He taught at St. Paul’s Kipalapala Senior Seminary in Tanzania before moving to Nairobi, Kenya in 1983 to teach at the then Catholic Higher Institute of Eastern Africa (CHIEA), now CUEA. He served at the institution till June 2018 when “CUEA fraternity” bid him farewell.
One of his many former students, Fr. Richard Rwiza, remembers the late Prof. Nyamiti as a “magisterium.”
“As students, we referred to him as magisterium meaning teaching of the Church,” Fr. Rwiza who is at the helm of CUEA Press told ACI Africa, explaining that “you could not be taught by Nyamiti and fail to understand the teaching of the Church.”
Fr. Rwiza also remembered him as “a humble, committed and dedicated man with a passion for scholarly work.”
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“He was totally committed to the extent that if you met him, you had to be careful because he would randomly ask about Church documents,” Fr. Rwiza recalls, adding that though Prof. Nyamiti has died, he has trained others who can move on with his teachings.
“On one side, we are saying we are missing him but he has given us inspiration on the way of doing Theology,” says Fr. Rwiza and adds, “There should be a continuation of what he did. If we are committed and dedicated in doing African Theology, then we will be promoting and remembering him.”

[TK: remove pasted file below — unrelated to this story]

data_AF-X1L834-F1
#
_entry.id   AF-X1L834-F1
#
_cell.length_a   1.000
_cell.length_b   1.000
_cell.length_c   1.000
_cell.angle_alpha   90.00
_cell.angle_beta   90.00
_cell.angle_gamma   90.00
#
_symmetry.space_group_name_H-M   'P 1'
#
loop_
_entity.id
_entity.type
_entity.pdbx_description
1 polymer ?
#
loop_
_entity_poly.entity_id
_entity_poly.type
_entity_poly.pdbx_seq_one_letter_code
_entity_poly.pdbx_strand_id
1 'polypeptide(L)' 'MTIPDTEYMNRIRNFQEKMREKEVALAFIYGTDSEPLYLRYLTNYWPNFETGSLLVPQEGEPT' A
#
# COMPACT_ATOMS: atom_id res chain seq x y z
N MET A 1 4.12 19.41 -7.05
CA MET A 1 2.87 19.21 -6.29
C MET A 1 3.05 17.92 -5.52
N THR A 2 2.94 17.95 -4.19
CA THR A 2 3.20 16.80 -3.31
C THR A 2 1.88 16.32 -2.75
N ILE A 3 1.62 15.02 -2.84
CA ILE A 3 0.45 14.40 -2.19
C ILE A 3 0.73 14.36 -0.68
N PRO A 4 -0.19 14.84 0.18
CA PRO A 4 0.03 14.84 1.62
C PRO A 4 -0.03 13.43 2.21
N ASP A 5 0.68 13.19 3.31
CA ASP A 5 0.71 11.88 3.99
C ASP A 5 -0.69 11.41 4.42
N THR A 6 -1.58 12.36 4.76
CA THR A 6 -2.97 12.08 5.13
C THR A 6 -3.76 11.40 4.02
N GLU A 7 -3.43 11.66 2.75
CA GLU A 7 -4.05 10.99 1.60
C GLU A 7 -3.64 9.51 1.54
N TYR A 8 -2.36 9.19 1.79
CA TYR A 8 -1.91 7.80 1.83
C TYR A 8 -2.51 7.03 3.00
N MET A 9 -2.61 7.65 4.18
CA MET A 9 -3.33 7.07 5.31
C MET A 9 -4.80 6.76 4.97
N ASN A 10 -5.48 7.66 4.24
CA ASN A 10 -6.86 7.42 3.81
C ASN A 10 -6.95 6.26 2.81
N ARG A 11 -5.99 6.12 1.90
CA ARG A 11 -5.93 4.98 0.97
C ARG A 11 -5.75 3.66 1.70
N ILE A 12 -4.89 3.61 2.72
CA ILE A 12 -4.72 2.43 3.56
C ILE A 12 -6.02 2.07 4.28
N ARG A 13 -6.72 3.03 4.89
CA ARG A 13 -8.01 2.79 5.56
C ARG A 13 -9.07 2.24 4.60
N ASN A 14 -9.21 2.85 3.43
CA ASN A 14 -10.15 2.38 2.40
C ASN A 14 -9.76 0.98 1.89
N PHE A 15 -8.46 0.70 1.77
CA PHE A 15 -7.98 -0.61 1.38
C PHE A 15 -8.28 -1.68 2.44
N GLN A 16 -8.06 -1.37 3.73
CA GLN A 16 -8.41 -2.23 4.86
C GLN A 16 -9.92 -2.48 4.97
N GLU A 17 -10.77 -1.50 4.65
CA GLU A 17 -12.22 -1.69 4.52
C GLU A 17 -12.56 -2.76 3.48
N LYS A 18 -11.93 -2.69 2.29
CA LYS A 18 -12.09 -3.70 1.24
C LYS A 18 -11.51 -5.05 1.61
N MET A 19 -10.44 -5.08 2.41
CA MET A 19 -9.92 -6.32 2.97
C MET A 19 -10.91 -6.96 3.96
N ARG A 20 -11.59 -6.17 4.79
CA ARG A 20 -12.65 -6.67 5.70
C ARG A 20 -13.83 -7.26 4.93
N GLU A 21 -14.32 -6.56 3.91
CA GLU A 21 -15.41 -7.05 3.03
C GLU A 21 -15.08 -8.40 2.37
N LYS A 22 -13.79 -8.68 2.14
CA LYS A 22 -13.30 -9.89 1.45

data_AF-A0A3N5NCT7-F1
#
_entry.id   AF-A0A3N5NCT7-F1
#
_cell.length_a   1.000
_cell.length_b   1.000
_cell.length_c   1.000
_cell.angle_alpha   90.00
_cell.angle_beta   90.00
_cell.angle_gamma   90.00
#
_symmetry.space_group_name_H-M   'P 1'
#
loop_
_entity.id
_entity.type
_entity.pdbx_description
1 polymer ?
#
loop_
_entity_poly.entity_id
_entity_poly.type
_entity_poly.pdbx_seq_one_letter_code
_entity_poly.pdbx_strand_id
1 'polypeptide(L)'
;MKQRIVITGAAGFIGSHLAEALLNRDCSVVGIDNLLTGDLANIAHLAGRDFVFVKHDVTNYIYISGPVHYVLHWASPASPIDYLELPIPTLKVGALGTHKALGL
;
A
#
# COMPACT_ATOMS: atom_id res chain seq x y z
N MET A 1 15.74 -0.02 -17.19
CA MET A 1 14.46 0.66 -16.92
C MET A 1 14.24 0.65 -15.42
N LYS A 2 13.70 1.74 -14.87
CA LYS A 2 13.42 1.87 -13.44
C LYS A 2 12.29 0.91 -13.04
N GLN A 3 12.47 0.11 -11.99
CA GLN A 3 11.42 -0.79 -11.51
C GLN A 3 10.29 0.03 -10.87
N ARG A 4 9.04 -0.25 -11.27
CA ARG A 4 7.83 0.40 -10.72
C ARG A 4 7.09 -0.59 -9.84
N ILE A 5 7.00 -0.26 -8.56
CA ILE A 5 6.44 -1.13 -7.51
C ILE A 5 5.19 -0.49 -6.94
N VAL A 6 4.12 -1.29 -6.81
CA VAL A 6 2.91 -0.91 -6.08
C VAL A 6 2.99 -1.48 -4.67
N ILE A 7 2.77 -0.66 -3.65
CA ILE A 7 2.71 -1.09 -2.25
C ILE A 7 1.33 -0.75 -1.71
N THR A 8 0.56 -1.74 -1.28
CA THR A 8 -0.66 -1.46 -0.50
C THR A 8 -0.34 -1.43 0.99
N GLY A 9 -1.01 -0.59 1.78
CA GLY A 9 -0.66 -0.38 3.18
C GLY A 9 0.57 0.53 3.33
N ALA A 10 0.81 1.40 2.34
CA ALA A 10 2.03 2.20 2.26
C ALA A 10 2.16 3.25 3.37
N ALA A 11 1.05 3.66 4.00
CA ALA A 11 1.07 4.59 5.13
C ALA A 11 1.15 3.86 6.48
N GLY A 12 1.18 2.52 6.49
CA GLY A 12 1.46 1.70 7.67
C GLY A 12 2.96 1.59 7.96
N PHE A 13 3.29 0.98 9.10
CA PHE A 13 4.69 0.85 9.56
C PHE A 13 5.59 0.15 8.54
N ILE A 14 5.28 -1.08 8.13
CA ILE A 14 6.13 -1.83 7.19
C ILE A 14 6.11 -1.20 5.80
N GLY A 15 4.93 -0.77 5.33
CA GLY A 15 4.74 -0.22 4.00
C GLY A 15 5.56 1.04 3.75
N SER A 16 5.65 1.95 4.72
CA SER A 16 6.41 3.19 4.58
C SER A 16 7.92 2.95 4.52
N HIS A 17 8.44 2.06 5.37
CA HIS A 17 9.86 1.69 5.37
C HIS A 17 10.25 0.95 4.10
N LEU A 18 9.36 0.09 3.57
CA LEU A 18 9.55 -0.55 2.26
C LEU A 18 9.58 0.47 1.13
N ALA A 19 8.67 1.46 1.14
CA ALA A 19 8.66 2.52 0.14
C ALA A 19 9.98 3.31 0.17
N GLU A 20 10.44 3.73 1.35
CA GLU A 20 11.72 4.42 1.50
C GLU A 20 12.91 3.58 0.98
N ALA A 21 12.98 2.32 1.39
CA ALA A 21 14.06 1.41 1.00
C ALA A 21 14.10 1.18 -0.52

For the Kenyan-born Professor of Dogmatic Theology at CUEA, Fr. Peter Gichure, Prof. Nyamiti was a “good Catholic who was a bit conservative in his theology.” He was also a great musician and very loyal to the Church.
“He was respected by his students and was a bit strict with them but he always wanted the best out of everybody,” Fr. Gichure says, adding that the late Professor loved to interact with his students.
“Despite his age, he loved being with his students. Whenever we used to go out to department parties to welcome new students he would insist that he must come even if it’s at night; he would take the opportunity to talk to the students about the exploitation and the seriousness in their theological endeavors and to be loyal to the Church,” Fr. Gichure who heads the School of graduate studies in CUEA adds.
Fr. Gichure recognized the late Prof. Nyamiti’s ability to connect all the ministries of theology and bring synergy into them, showing that they are all related.
“Apart from that he was very sick and he struggled to walk, he was very sharp. He was hospitalized but he still remained very strong and he never complained about his sickness,” Fr. Gichure recalls.
“He used to say that I don’t know when the Lord would come for me, but I am ready. He didn’t have any worry about his death,” Fr. Gichure recounts.
“We nicknamed him the ancestor and now he has become a true ancestor,” says Fr. Gichure.
The late Prof. Nyamiti is to be laid to rest at the Priests’ cemetery in his native Archdiocese of Tabora in Tanzania on Thursday, May 21.